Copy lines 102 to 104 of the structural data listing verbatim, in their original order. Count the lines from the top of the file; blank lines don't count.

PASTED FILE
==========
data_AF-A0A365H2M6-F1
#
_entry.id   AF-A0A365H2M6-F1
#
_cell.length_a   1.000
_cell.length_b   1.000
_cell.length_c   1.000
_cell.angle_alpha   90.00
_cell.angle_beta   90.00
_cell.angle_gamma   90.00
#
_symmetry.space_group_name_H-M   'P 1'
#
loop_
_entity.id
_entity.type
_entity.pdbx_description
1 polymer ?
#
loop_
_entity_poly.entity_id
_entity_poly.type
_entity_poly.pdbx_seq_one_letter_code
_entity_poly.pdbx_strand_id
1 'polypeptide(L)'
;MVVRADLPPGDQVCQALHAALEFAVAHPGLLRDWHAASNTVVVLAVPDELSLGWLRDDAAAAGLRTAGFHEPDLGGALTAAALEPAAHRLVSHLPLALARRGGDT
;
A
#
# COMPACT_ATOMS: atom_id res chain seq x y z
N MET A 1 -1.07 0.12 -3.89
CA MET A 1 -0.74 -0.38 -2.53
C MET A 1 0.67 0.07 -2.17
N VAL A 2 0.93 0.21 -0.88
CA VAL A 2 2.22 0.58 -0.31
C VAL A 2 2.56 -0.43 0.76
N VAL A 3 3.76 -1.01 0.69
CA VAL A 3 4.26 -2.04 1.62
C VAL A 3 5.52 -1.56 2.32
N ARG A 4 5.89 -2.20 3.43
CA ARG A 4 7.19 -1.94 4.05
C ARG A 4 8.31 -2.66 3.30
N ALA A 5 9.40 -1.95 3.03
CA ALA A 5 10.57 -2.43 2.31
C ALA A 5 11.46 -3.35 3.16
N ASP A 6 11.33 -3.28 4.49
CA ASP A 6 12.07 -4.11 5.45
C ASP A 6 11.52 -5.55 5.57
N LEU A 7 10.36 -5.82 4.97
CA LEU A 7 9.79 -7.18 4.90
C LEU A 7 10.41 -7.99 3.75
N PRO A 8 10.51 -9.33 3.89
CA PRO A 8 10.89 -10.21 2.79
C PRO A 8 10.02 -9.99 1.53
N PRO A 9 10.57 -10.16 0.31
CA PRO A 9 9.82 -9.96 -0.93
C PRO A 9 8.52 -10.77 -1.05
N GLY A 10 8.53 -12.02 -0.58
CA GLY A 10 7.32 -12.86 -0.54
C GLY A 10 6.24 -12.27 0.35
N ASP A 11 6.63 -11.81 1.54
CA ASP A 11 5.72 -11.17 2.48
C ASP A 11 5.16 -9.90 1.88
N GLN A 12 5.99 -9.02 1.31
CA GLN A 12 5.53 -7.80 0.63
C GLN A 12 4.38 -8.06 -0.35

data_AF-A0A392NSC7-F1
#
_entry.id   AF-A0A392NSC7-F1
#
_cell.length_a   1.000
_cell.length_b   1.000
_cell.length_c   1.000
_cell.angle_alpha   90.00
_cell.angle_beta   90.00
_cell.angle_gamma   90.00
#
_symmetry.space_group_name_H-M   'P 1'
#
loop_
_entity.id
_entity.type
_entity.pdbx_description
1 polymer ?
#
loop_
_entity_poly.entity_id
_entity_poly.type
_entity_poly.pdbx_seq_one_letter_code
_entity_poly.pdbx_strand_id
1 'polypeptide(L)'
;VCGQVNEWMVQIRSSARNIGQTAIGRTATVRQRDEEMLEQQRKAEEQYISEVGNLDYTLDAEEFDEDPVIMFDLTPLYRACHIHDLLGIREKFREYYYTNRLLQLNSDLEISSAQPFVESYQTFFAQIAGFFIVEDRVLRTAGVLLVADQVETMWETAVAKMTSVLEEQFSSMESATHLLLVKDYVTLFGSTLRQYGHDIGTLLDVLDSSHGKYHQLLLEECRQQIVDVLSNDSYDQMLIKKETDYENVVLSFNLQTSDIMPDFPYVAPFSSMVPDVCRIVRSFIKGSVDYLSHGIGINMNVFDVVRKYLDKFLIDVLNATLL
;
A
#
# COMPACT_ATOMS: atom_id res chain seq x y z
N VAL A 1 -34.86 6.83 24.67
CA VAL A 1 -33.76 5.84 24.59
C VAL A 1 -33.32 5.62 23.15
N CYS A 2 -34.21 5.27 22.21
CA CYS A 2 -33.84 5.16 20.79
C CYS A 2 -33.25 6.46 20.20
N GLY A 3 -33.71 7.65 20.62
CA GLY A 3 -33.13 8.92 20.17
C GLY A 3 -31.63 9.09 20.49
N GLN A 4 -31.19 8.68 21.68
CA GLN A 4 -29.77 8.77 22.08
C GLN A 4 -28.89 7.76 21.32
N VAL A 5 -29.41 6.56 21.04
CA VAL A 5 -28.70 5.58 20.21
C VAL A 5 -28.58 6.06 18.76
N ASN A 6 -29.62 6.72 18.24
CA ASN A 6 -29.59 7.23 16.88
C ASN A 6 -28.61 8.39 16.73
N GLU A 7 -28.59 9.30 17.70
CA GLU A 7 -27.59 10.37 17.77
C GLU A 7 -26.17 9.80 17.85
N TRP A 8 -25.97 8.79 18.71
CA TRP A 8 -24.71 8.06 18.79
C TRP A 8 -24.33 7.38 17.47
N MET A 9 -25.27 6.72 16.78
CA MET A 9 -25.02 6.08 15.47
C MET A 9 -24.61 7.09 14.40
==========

C CYS A 2 -33.25 6.46 20.20
N GLY A 3 -33.71 7.65 20.62
CA GLY A 3 -33.13 8.92 20.17